U.S. Troops Enter 'Red Zone'

Armored artillery of U.S. Army 3rd infantry division fires toward Iraq's Republican Guard, the most loyal force to Iraqi President Saddam Hussein, in the suburbs of Karbala, Iraq, on Wednesday, April 2, 2003.
AP Photo/Kyodo News
The United States has begun a major ground offensive against the Republican Guard units defending Baghdad, entering what is expected to be the fiercest combat of the war in Iraq.

The Pentagon is still hoping Saddam Hussein's regime will collapse before troops are drawn into bloody urban warfare in the capital of more than 5 million, Defense Department officials said Wednesday.

"The circle is closing," around Baghdad, Defense Secretary Donald H. Rumsfeld said Tuesday, before the ground battle with the Republican Guard intensified.

The Army's 3rd Infantry Division and the First Marine Expeditionary Force launched a two-pronged attack toward Baghdad, and both reported breakthroughs as units entered the so-called "red zone" within range of the guns and missiles defending the capital. U.S. officials say Iraqi resistance will be the most tenacious in this zone.

In an attack launched at midnight, 3rd Infantry units surged past the strategic city of Karbala, targeting an estimated 2,000 paramilitary fighters. Karbala, which sits on the main approach to Baghdad from the southwest, was encircled and hit by night-long bombardment from U.S. artillery and warplanes.

To the east, thousands of Marines moved against Kut after capturing an important bridge over the Tigris River. Brig. Gen. Vincent Brooks said the Baghdad Division, defending Kut, was destroyed.

For days prior to the offensive, both the Baghdad Division and the Republican Guard's Medina Division defending Karbala had been pounded by airstrikes and artillery barrages. U.S. officials said the bombardment reduced the strength of both divisions by more than 50 percent.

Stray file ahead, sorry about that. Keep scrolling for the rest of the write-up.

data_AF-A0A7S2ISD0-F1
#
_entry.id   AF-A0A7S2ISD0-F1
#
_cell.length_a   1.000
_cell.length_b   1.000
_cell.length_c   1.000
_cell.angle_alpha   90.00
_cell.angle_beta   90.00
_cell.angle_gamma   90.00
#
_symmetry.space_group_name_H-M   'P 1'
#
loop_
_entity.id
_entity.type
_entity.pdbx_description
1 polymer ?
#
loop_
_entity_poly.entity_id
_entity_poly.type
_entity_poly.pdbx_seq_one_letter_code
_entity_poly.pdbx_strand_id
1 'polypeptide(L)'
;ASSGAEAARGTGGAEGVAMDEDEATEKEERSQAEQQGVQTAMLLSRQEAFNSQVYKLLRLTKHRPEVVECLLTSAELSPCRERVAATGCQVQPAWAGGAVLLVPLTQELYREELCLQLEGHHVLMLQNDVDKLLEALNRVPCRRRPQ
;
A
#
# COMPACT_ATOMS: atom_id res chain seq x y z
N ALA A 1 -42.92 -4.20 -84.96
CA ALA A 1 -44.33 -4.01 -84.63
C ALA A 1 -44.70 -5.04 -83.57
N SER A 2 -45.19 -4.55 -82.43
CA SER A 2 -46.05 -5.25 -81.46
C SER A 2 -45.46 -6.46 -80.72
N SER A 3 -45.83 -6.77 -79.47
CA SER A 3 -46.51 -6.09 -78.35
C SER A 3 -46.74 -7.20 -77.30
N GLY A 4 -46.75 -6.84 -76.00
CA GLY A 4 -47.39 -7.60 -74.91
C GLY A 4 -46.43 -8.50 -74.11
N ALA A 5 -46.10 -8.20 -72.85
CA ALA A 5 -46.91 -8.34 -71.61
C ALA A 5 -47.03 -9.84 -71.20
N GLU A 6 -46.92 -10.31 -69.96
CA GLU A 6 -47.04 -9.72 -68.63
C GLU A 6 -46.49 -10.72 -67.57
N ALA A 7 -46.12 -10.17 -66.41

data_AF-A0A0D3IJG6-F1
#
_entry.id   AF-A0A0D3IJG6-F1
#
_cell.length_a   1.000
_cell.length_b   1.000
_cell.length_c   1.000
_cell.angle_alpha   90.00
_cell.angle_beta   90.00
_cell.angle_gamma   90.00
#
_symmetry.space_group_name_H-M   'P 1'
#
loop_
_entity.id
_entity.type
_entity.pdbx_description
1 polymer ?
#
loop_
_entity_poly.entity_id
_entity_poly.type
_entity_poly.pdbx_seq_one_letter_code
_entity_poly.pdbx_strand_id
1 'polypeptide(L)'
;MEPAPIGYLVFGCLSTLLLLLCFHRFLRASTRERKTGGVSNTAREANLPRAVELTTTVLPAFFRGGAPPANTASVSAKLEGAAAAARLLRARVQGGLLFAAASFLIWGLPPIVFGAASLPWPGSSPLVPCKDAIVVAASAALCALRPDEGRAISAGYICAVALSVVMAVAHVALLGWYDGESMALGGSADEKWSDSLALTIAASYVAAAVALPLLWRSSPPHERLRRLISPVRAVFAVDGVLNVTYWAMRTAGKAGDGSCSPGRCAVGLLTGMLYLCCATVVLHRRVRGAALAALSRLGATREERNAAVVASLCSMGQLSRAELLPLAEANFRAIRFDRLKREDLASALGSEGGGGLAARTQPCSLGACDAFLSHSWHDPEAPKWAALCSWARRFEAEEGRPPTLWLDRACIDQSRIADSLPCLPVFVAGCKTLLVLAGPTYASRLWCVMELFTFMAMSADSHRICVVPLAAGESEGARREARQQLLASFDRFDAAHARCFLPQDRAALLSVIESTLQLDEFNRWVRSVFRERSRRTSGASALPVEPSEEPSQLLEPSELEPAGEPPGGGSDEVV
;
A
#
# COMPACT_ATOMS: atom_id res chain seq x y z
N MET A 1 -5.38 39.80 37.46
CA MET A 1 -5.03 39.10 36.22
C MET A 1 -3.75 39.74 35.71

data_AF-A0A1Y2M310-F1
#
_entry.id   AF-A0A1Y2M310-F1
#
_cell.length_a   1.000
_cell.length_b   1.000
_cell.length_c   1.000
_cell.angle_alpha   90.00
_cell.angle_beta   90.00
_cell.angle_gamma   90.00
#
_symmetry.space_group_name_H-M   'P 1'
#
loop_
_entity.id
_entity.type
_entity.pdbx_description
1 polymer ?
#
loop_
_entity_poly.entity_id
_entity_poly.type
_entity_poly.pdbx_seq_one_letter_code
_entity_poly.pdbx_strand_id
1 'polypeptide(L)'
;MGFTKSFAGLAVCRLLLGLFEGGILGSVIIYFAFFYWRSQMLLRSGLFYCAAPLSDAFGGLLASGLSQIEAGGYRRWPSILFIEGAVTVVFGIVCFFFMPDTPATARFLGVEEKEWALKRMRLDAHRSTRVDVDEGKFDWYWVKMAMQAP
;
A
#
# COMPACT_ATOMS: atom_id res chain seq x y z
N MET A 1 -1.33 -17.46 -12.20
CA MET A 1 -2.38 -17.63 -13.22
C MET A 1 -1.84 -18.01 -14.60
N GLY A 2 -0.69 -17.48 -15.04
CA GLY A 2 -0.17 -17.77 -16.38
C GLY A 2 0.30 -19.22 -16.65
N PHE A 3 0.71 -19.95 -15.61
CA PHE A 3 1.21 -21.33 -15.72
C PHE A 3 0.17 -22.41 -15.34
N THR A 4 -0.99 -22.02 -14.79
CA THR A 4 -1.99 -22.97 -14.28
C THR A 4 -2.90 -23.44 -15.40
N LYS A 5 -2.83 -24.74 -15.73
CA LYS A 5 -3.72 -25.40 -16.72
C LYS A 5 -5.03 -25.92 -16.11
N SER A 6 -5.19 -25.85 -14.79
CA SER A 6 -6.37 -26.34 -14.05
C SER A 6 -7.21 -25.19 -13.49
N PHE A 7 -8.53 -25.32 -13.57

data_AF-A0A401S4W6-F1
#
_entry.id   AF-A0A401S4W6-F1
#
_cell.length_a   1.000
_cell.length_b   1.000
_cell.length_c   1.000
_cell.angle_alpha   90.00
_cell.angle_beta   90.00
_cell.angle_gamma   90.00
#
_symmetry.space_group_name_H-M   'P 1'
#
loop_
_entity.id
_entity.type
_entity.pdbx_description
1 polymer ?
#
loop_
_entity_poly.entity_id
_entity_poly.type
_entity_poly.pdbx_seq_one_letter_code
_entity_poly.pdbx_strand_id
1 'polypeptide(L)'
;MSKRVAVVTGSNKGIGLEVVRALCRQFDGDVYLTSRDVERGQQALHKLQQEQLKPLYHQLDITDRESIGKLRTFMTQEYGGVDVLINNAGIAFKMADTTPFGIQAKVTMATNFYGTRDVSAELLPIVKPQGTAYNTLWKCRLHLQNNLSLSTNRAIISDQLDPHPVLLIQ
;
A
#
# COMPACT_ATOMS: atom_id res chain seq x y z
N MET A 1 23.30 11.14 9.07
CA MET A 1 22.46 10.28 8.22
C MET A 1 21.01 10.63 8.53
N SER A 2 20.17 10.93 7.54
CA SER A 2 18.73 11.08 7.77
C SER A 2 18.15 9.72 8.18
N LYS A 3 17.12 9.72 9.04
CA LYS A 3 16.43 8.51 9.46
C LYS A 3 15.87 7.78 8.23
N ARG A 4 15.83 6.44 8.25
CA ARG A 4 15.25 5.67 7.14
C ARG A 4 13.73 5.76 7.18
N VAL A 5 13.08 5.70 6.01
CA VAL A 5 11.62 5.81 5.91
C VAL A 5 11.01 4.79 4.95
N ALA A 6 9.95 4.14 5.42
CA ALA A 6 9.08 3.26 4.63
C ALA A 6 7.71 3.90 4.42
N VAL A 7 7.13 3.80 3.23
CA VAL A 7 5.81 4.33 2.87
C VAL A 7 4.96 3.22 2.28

"They're in serious trouble, and they remain in contact now with the most powerful force on Earth," Brooks said of remaining Republican Guard units.

The commander of British forces in Iraq, Air Marshal Brian Burridge, confirmed that the latest assaults by his U.S. allies marked the start of a momentous phase.

"This is certainly a decisive engagement in which we are now just beginning with the Republican Guard," he said.

Still, military officials repeatedly voice worries that Iraq could use chemical or biological weapons against U.S. forces as they close in on the capital.

To reinforce degraded units, Iraqis moved parts of two Republican Guard divisions that normally operate north of Baghdad and near Saddam's hometown of Tikrit to the southern outskirts of the capital.

The Republican Guard forces are the best trained and best equipped in Saddam's military. Still, they've been in decline since losing the 1991 Persian Gulf War and rely on tanks and other heavy weapons that were out of date the first time they faced U.S. forces.

A dozen years of sanctions took their toll, reducing the numbers of Soviet-built tanks the Republican Guards could use and the number of spare parts they could stockpile.